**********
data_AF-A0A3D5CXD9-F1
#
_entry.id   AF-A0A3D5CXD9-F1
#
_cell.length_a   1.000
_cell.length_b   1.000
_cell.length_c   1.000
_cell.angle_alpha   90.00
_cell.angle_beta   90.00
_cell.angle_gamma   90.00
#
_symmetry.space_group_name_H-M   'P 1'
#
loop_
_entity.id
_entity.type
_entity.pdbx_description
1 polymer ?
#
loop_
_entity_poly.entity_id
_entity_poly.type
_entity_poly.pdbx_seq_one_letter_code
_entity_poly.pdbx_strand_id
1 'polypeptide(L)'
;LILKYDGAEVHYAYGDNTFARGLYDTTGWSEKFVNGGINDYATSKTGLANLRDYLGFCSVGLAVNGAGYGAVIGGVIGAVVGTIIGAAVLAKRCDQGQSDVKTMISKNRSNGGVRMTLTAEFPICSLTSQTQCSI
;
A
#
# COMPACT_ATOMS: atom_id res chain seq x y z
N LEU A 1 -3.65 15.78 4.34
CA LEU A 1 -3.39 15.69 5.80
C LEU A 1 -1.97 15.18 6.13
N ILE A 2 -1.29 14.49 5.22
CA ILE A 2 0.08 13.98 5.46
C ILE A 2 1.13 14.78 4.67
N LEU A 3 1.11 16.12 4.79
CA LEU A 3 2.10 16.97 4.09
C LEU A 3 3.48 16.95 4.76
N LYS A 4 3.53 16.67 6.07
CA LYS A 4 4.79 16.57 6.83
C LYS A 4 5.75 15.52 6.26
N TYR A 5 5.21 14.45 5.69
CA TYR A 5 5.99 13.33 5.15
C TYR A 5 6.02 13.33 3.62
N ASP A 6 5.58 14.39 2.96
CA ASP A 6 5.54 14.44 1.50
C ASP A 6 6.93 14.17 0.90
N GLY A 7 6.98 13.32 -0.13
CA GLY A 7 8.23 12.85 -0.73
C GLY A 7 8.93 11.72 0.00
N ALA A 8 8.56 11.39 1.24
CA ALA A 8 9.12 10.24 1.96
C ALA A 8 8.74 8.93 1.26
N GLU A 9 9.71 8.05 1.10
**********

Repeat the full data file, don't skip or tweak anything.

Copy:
data_AF-A0A3D5CXD9-F1
#
_entry.id   AF-A0A3D5CXD9-F1
#
_cell.length_a   1.000
_cell.length_b   1.000
_cell.length_c   1.000
_cell.angle_alpha   90.00
_cell.angle_beta   90.00
_cell.angle_gamma   90.00
#
_symmetry.space_group_name_H-M   'P 1'
#
loop_
_entity.id
_entity.type
_entity.pdbx_description
1 polymer ?
#
loop_
_entity_poly.entity_id
_entity_poly.type
_entity_poly.pdbx_seq_one_letter_code
_entity_poly.pdbx_strand_id
1 'polypeptide(L)'
;LILKYDGAEVHYAYGDNTFARGLYDTTGWSEKFVNGGINDYATSKTGLANLRDYLGFCSVGLAVNGAGYGAVIGGVIGAVVGTIIGAAVLAKRCDQGQSDVKTMISKNRSNGGVRMTLTAEFPICSLTSQTQCSI
;
A
#
# COMPACT_ATOMS: atom_id res chain seq x y z
N LEU A 1 -3.65 15.78 4.34
CA LEU A 1 -3.39 15.69 5.80
C LEU A 1 -1.97 15.18 6.13
N ILE A 2 -1.29 14.49 5.22
CA ILE A 2 0.08 13.98 5.46
C ILE A 2 1.13 14.78 4.67
N LEU A 3 1.11 16.12 4.79
CA LEU A 3 2.10 16.97 4.09
C LEU A 3 3.48 16.95 4.76
N LYS A 4 3.53 16.67 6.07
CA LYS A 4 4.79 16.57 6.83
C LYS A 4 5.75 15.52 6.26
N TYR A 5 5.21 14.45 5.69
CA TYR A 5 5.99 13.33 5.15
C TYR A 5 6.02 13.33 3.62
N ASP A 6 5.58 14.39 2.96
CA ASP A 6 5.54 14.44 1.50
C ASP A 6 6.93 14.17 0.90
N GLY A 7 6.98 13.32 -0.13
CA GLY A 7 8.23 12.85 -0.73
C GLY A 7 8.93 11.72 0.00
N ALA A 8 8.56 11.39 1.24
CA ALA A 8 9.12 10.24 1.96
C ALA A 8 8.74 8.93 1.26
N GLU A 9 9.71 8.05 1.10